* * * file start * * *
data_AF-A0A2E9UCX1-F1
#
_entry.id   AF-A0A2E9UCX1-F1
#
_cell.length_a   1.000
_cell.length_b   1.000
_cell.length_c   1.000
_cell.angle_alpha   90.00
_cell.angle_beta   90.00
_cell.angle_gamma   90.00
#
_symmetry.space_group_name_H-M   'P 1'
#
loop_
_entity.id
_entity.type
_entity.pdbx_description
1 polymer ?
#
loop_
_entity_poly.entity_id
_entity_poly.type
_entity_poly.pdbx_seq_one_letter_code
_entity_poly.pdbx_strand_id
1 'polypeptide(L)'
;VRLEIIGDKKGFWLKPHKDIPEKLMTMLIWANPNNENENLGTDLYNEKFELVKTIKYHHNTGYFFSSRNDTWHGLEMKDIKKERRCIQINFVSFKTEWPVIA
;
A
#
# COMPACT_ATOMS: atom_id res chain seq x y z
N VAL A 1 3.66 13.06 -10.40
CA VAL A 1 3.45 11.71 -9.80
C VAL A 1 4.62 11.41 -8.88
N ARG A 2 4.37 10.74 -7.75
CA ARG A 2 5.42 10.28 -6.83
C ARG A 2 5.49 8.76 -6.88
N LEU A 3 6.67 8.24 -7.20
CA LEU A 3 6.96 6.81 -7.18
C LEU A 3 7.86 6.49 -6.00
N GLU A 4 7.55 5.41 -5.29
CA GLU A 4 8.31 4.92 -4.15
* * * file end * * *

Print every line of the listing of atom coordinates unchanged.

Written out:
data_AF-A0A2E9UCX1-F1
#
_entry.id   AF-A0A2E9UCX1-F1
#
_cell.length_a   1.000
_cell.length_b   1.000
_cell.length_c   1.000
_cell.angle_alpha   90.00
_cell.angle_beta   90.00
_cell.angle_gamma   90.00
#
_symmetry.space_group_name_H-M   'P 1'
#
loop_
_entity.id
_entity.type
_entity.pdbx_description
1 polymer ?
#
loop_
_entity_poly.entity_id
_entity_poly.type
_entity_poly.pdbx_seq_one_letter_code
_entity_poly.pdbx_strand_id
1 'polypeptide(L)'
;VRLEIIGDKKGFWLKPHKDIPEKLMTMLIWANPNNENENLGTDLYNEKFELVKTIKYHHNTGYFFSSRNDTWHGLEMKDIKKERRCIQINFVSFKTEWPVIA
;
A
#
# COMPACT_ATOMS: atom_id res chain seq x y z
N VAL A 1 3.66 13.06 -10.40
CA VAL A 1 3.45 11.71 -9.80
C VAL A 1 4.62 11.41 -8.88
N ARG A 2 4.37 10.74 -7.75
CA ARG A 2 5.42 10.28 -6.83
C ARG A 2 5.49 8.76 -6.88
N LEU A 3 6.67 8.24 -7.20
CA LEU A 3 6.96 6.81 -7.18
C LEU A 3 7.86 6.49 -6.00
N GLU A 4 7.55 5.41 -5.29
CA GLU A 4 8.31 4.92 -4.15